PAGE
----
decryption functions are public and the secrecy of the plaintext given the ciphertext completely relies on the secrecy of the secret key (Smart, 2010). In mathematical notation, the functions are written:
= ( ) for encryption and = ( ) for decryption.
From the above we can conclude that each party needs to have the secret key to be able to encrypt and decrypt messages. The secret key needs to be kept secret (the secret key may only be known to authorized parties) to guarantee confidentiality of the communication.
As mentioned asymmetric (or public key) algorithms use a key pair, which consists of a public key and a private key. The public key can be published and the private key needs to remain secret to the owner of the key (Smart, 2010). The idea is that party A encrypts the message he wants to send to party B, using the public key of party B and sends the ciphertext to party B. Party B uses its private key to decrypt the ciphertext into the original message. Thus the idea behind asymmetric algorithms is that it is
computationally infeasible to determine the plaintext given the ciphertext without knowledge of the private key (Stinson, 2005).
Asymmetric algorithms rely on one-way functions to be effective. A one-way function is a mathematical operation that is easy to do one-way, e.g. encryption, but which is hard to do the other way, e.g. decryption, without some special secret information (Smart, 2010). There are several well studied one-way functions that are being used in asymmetric algorithms, like factoring integers, computing discrete logarithms or computing square roots modulo a composite number (Smart, 2010).
We give an example of a function that is believed to be one-way and is used by RSA. Suppose N is the product of two large primes p and q ( = ). Using the two large primes, e must be a prime
number and selected so that: , ( − 1)( − 1) = 1. The public key is then (e,N). The encryption function is written as: = ( ). The private key (d,N) should be determined so that ( ) = 1 ( ). The decryption function is written as: = ( ).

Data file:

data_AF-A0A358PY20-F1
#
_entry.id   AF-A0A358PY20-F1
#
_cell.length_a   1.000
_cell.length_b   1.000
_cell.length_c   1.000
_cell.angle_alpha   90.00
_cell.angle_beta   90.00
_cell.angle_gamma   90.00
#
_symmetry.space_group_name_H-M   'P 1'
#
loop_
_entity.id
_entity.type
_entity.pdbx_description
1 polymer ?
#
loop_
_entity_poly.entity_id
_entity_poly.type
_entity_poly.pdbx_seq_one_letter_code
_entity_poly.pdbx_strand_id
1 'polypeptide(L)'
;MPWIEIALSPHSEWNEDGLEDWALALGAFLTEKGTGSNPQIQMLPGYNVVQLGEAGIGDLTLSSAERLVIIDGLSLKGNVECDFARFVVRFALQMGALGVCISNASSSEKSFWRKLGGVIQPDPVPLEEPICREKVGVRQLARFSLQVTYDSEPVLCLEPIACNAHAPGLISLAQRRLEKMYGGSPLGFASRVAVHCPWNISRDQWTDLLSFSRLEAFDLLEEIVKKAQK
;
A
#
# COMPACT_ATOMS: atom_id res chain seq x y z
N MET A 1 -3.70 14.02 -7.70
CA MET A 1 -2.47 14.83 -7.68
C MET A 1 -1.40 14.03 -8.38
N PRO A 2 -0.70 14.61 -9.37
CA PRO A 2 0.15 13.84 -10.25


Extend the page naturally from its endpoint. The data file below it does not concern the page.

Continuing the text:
Figure 2:Approaches for symmetric key usage between nodes and servers 2.4.2.Symmetric key management approaches
When using symmetric algorithms, different approaches can be used to secure communications using cryptographic keys. Four different approaches (Roman et al., 2011) can be used to secure
communications in a network consisting of nodes (or clients) and servers and using symmetric algorithms. These possible approaches are depicted in Figure 2. Each approach has its advantages and disadvantages.
The first approach is the 1-1 approach. This means that all the clients and servers communicate with each other using one secret key. Using one secret key throughout the network makes management of the key relatively easy because only one key is managed, however it comes with a cost. If the
confidentiality of the key is breached, all information in nodes and servers and communication between nodes and servers is breached. Especially when nodes reside in ‘hostile’ environmentsxiii, this approach has a high risk because adversaries can gain physical access to one node and try to extract the key from the node using e.g. a side channel attack (Sadeghi et al., 2015). Furthermore, identification of individual nodes and servers using secret keys is not possible because all the nodes and servers use the same secret key. Distribution of the secret key is performed off-band. The secret key needs to be known, upfront, for a node or server to commence communication. The secret key needs to be updated off-band in all nodes and servers before communications recommence.
secret key is performed off-band. Each node that needs to communicate with a server need to have the secret key before commencing communication. The secret key needs to be updated in the server and distributed off-band to all the nodes that connect to the server which secret key is updated before communications recommence.